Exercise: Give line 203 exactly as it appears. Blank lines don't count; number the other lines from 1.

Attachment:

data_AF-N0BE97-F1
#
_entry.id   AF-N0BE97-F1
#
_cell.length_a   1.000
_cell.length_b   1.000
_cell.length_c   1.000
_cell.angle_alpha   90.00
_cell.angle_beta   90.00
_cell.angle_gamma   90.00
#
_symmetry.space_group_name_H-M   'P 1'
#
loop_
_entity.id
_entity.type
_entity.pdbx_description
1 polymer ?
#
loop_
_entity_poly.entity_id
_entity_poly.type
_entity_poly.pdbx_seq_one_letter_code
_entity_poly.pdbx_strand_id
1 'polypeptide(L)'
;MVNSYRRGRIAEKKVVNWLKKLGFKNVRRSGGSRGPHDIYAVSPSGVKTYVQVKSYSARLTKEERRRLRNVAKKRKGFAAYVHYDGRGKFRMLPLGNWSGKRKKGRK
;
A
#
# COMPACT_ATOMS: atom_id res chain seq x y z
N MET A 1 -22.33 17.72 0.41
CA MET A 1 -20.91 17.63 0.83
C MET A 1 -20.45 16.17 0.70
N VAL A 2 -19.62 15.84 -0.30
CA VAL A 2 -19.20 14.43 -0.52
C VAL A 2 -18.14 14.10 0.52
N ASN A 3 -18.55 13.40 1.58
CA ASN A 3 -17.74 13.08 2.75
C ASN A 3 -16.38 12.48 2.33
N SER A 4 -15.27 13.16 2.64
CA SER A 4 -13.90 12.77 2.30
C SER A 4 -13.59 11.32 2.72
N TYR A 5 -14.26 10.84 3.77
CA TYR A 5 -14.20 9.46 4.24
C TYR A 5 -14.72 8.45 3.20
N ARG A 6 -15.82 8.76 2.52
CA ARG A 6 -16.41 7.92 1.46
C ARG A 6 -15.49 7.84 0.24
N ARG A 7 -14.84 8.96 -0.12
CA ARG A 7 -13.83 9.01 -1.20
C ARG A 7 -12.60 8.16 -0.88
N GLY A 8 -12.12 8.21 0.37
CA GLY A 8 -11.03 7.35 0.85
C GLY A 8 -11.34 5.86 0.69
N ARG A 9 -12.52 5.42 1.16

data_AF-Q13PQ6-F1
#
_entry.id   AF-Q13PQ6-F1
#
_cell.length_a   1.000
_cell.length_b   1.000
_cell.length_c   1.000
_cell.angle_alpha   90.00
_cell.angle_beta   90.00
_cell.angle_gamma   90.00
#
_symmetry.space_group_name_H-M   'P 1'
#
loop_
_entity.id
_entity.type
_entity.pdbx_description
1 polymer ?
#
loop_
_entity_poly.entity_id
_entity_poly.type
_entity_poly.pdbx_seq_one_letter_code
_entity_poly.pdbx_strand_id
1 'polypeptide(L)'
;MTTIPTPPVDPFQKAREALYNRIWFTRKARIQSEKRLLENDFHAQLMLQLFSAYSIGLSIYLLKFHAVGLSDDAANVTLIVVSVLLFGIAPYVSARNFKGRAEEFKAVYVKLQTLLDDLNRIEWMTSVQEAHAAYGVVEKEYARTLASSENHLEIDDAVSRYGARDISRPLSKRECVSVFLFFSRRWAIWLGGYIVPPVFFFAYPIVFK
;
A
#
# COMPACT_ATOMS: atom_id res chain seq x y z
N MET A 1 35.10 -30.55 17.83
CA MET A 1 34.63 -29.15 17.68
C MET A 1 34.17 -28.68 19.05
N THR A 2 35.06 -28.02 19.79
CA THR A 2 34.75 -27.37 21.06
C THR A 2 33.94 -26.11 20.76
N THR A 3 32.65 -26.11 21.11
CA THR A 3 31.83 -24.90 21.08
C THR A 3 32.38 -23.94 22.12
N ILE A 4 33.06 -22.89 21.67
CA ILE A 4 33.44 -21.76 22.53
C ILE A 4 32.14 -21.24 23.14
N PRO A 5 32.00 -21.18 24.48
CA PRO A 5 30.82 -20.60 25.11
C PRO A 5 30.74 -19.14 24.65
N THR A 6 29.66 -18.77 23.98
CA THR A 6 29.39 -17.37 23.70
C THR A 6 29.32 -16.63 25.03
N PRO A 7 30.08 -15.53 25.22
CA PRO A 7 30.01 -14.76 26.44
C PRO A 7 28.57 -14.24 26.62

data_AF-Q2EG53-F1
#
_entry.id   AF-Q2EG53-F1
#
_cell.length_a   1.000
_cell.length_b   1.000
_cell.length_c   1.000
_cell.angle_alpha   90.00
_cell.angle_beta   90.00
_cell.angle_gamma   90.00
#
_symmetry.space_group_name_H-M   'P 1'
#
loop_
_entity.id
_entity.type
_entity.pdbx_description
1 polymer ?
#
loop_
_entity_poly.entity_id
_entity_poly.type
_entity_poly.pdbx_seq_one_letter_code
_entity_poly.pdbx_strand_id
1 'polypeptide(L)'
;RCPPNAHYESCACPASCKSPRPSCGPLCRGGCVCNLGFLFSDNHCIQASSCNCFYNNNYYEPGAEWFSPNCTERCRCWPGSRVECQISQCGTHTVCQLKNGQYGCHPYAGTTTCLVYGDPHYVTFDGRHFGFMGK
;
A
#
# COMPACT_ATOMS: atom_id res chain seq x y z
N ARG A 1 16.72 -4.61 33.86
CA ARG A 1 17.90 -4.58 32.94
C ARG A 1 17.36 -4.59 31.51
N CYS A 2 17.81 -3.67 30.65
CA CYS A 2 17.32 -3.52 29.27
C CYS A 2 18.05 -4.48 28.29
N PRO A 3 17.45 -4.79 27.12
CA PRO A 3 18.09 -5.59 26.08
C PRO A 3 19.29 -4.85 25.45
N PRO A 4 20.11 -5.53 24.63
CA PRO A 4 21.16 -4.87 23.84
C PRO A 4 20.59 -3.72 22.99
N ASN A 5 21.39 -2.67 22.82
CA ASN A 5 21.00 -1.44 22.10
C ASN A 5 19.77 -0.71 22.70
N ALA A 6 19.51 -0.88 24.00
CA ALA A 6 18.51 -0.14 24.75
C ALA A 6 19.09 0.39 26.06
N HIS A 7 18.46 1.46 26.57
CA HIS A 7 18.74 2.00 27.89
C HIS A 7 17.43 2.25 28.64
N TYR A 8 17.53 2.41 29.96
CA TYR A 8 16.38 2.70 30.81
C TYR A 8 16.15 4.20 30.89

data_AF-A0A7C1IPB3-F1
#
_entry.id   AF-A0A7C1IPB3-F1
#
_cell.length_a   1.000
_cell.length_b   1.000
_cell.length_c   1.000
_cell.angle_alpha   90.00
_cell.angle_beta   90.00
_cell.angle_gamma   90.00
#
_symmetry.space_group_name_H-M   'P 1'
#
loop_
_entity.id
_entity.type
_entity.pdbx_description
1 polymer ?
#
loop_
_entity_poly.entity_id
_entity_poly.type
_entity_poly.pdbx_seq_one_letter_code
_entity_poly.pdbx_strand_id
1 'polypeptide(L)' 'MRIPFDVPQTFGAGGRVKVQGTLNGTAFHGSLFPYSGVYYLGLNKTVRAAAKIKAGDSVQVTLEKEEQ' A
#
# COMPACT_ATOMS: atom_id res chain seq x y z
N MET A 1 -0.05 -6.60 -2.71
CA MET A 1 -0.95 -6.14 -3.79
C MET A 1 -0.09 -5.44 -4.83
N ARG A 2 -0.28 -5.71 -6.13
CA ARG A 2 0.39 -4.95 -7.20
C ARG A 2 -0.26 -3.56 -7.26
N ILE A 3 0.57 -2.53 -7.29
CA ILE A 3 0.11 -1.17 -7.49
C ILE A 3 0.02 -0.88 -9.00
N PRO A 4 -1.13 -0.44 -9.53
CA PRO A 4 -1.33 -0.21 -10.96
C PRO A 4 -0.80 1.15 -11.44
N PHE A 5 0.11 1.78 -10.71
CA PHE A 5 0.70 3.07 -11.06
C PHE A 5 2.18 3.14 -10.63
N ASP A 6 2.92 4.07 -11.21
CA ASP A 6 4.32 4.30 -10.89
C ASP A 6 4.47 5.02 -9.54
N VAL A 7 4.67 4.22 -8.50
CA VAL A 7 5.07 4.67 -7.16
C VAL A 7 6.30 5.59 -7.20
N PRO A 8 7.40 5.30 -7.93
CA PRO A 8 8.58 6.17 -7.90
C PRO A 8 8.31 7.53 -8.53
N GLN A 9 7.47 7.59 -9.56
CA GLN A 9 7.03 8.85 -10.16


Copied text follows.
N ASP A 6 2.92 4.07 -11.21